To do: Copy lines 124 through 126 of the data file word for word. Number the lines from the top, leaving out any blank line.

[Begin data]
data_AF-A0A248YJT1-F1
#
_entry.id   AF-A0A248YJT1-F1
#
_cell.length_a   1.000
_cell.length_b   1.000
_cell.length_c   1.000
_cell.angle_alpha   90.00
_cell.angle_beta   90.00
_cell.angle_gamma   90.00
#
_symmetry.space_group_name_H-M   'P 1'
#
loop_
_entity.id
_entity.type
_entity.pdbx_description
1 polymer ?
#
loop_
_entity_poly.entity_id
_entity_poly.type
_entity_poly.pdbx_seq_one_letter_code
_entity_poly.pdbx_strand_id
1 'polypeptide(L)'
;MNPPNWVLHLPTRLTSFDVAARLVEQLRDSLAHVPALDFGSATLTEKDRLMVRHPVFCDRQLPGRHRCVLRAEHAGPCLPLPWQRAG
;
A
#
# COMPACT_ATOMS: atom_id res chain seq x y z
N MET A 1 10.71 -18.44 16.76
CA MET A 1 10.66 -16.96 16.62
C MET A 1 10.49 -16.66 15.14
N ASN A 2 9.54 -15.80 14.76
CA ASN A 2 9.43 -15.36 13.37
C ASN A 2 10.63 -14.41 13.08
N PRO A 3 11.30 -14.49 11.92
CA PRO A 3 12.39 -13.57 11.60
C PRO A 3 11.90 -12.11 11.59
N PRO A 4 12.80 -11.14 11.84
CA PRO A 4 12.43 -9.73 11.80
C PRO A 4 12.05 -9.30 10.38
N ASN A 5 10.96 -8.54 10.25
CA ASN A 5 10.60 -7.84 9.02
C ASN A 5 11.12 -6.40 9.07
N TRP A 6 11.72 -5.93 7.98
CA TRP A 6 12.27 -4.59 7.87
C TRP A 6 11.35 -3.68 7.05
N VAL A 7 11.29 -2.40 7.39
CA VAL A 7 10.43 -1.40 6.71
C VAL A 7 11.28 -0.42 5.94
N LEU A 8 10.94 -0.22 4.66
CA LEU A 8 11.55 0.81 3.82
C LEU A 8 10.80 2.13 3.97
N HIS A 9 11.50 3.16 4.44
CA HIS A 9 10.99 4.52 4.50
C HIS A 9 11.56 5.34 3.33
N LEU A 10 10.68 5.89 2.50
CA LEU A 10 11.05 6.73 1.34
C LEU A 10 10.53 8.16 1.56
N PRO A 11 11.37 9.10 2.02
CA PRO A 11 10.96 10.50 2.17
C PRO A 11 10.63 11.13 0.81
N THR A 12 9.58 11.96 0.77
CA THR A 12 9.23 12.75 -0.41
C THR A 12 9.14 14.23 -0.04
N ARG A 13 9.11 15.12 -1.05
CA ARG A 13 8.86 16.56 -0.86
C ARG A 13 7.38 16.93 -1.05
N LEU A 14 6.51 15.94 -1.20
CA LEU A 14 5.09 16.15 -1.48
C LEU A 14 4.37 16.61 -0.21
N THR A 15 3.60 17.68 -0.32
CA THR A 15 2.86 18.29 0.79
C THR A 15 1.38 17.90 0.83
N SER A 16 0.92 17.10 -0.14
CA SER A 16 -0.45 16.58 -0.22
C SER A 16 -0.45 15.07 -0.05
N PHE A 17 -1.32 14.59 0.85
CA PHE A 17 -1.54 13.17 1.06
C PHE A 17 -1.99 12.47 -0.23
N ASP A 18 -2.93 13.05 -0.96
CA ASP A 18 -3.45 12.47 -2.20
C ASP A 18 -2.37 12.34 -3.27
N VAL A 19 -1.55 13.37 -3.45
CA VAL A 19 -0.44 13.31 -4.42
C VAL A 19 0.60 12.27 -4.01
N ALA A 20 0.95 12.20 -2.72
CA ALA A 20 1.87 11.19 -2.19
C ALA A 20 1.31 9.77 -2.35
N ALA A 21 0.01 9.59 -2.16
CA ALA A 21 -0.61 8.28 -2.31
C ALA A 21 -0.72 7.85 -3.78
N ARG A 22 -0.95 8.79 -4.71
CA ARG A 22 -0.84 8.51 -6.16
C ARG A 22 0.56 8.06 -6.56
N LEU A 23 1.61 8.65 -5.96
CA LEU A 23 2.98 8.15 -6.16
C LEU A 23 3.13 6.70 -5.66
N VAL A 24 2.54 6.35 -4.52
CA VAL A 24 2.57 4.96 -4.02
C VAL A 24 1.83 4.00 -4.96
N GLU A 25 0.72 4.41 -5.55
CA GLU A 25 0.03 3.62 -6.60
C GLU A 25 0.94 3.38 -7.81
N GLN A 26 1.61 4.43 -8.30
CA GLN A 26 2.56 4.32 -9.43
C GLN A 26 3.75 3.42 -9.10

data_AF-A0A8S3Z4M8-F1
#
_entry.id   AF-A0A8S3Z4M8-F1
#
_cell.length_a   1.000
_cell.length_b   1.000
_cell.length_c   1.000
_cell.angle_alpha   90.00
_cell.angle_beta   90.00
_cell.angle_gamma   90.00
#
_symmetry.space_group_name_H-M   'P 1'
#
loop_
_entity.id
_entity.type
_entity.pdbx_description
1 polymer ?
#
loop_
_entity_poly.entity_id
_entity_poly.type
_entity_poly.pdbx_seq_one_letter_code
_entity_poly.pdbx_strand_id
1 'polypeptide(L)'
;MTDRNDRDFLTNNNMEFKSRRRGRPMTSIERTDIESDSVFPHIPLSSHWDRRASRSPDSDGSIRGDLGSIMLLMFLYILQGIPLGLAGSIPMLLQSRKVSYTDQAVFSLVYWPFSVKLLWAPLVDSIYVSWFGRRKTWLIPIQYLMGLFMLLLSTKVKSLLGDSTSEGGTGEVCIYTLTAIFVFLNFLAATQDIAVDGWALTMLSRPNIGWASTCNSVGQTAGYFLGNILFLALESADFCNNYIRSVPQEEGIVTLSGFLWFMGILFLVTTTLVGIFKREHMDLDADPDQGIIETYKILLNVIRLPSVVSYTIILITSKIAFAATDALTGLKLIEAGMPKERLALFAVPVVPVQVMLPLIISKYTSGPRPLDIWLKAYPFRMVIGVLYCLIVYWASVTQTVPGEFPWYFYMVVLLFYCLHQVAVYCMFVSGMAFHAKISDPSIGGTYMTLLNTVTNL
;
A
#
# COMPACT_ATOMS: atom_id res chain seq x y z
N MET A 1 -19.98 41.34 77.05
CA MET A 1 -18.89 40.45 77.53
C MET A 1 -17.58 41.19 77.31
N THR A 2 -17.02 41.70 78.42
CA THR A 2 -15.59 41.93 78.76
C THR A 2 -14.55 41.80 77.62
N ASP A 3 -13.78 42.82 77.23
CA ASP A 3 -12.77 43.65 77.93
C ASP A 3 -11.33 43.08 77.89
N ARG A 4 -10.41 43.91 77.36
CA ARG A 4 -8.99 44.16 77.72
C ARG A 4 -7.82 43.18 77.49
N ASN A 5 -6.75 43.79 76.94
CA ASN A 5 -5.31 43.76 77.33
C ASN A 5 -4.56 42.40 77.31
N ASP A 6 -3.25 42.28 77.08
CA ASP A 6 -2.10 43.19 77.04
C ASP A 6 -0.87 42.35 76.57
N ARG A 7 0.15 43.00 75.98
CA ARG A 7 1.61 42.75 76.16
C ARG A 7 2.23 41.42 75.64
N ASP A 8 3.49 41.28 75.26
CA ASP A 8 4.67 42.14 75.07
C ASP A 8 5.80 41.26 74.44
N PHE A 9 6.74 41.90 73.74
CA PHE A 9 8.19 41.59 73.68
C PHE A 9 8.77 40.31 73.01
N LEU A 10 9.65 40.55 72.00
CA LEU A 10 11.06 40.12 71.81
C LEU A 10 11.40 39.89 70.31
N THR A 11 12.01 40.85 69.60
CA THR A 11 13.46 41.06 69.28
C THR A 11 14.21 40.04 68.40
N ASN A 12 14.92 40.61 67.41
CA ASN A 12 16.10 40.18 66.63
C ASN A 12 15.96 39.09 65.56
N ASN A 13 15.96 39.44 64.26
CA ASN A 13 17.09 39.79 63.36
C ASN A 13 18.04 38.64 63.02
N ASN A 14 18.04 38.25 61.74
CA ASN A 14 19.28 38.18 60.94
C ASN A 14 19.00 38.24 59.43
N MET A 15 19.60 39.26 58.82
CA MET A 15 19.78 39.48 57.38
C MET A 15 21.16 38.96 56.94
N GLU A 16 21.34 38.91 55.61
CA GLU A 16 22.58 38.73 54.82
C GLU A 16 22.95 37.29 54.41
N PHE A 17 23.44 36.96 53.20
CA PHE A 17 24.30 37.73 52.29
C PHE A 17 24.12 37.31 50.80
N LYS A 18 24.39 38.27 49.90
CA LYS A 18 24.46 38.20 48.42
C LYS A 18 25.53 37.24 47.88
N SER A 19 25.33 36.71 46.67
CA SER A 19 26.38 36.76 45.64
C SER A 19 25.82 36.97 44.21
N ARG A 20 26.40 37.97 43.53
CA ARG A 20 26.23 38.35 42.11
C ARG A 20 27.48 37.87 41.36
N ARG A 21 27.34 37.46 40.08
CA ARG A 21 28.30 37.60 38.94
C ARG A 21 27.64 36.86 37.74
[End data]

_entity.type
_entity.pdbx_description
1 polymer ?